In this study these researchers, each from a different University in Boston, took what they know about how Xyrem affects the brain, how alpha waves are produced, and how the brain in FM is functioning during sleep, and piled all that data into a mathematical model.
The model suggested that the alpha intrusions could arise in two ways: through depolarization of thalamocortical cells or through the cortex depolarizing the entire somatosensory thalamus. Depolarization occurs when the electrical charge of a cell rapidly shifts from negative to positive – allowing an electrical impulse to flow through the cell. When this happens they send a burst of alpha waves into the brain. A similar situation called thalamocortex dysrhythmia is believed to disrupt brain functions such as sensory perception, cognition and movement control in disorders such as tinnitus, neuropathic pain and Parkinson’s disease.
Xyrem was able to reduce the alpha wave intrusions in fibromyalgia and improve sleep. It’s able to affect three electrical currents – in the thalamus GABA currents, potassium leak currents and hyperpolarization-activated thalamic currents. It wasn’t clear, though, which one or one’s were the key to Xyrem’s success.
GABA was a likely candidate. It is the ying to glutamate’s yang in the brain. This feel good neurotransmitter turns the brains state of arousal down. The model, in fact, suggested that increasing the rate of a “GABA current” in the thalamus – in conjunction with other changes – would help stop the alpha wave intrusions.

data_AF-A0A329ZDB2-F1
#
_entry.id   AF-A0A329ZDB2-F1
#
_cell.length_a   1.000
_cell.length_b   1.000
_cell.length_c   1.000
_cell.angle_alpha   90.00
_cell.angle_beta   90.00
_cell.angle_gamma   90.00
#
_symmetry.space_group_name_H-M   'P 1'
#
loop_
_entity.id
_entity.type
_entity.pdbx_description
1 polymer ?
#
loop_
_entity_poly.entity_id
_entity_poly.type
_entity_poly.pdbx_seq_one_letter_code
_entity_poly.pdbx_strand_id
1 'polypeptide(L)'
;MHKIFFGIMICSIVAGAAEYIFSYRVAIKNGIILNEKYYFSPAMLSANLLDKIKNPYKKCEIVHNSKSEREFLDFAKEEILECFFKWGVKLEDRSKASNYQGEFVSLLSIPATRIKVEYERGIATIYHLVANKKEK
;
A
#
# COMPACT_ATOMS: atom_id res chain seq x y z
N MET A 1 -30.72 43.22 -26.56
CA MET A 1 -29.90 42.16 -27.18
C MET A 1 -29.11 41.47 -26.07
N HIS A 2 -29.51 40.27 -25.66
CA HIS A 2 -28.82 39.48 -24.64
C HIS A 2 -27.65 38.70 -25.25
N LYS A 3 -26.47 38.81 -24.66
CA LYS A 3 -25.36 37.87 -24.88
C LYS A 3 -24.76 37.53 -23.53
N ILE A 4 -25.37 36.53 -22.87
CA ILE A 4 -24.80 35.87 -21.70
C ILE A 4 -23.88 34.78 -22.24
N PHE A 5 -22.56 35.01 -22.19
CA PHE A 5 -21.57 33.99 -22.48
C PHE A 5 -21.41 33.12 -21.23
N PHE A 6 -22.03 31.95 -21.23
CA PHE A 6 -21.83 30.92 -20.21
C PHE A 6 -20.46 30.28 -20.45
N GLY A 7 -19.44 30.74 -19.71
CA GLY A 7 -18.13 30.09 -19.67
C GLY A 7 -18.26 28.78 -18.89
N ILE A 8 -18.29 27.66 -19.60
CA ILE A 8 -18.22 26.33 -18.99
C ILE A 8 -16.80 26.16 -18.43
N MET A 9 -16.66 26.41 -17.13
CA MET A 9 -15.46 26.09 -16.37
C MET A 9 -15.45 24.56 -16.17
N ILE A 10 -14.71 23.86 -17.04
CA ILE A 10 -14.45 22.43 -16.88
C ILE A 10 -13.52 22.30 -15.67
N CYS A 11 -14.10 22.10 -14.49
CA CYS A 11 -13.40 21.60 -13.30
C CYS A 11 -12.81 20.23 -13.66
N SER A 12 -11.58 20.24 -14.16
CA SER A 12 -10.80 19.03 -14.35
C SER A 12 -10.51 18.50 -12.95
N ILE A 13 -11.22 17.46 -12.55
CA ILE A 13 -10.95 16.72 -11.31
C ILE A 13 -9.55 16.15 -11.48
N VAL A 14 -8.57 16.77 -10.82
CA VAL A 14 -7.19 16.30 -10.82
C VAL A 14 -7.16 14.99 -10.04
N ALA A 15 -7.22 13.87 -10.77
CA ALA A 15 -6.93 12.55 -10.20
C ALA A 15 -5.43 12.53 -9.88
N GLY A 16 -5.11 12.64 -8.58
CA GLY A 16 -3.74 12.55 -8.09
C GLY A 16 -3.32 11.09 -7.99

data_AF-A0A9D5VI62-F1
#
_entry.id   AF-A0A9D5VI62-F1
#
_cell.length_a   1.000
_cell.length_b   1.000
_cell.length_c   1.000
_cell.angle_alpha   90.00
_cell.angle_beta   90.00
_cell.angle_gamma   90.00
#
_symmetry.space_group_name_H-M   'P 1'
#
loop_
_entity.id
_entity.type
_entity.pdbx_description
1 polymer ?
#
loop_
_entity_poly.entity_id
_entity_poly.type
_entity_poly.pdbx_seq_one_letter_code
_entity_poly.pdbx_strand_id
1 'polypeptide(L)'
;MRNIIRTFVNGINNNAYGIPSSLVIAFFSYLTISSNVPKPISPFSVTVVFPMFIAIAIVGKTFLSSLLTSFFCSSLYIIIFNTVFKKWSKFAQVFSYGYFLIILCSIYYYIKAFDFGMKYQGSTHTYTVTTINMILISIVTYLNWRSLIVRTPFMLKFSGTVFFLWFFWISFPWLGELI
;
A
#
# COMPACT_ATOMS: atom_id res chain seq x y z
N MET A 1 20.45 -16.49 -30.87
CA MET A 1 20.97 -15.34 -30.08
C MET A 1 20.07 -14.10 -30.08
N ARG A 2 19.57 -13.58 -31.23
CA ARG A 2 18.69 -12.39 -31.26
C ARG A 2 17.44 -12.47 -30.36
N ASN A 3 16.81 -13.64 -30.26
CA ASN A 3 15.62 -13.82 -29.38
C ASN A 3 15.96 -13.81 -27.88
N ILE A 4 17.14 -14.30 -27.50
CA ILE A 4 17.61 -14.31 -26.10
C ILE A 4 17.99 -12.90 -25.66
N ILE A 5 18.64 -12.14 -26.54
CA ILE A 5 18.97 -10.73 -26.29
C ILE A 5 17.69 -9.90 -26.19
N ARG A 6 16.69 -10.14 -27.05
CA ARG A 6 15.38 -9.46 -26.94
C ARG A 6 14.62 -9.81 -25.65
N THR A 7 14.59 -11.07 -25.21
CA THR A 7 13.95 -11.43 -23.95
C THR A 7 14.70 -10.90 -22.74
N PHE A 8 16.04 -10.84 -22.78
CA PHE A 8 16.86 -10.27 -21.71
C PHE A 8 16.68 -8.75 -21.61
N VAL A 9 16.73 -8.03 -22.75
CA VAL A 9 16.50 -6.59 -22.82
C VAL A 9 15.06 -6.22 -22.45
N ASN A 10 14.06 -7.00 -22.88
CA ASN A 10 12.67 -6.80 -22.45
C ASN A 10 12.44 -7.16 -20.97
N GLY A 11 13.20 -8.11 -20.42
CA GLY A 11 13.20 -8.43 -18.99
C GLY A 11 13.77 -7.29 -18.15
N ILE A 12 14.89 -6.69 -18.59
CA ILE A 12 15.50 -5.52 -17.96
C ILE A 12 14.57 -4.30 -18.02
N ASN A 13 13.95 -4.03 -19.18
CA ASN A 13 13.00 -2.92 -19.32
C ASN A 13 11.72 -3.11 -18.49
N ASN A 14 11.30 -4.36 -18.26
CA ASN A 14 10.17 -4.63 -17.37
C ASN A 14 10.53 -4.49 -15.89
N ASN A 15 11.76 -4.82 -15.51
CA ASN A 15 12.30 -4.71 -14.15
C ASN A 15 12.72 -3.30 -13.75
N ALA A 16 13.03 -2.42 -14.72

More surprising, though was the finding that simply reducing the activity of a calcium channel (Ih) or increasing the activity of a potassium channel (Ikl) in these thalamocortical cells was enough to stop them from producing alpha waves.
That’s an encouraging finding since it suggests that a drug need only target these cells to be effective. Since the more portions of the brain a drug targets, the greater chances it will cause side effects, the smaller the target the better.
Another way to get at depolarization problems is to determine what’s causing it in the first place. The researchers believe this depolarization is being driven by over active pain pathways that are overstimulating these thalamocortical cells. Animal studies indicate that pro-inflammatory cytokines Il-8 and IL-1b can cause these thalamic cells to depolarize. The vasoactive intestinal peptide (VIP) – a subject of interest in ME/CFS – can also induce these cells to depolarize as well.
These findings suggest that reducing neuroinflammation, if present, in the brains of FM and/or ME/CFS patients could return the thalamus to normal functioning and give FM and ME/CFS patients bodies the rest they need to heal.
We should know more about neuroinflammation in FM and ME/CFS patients over the next year or two as studies using new techniques to measure it roll out.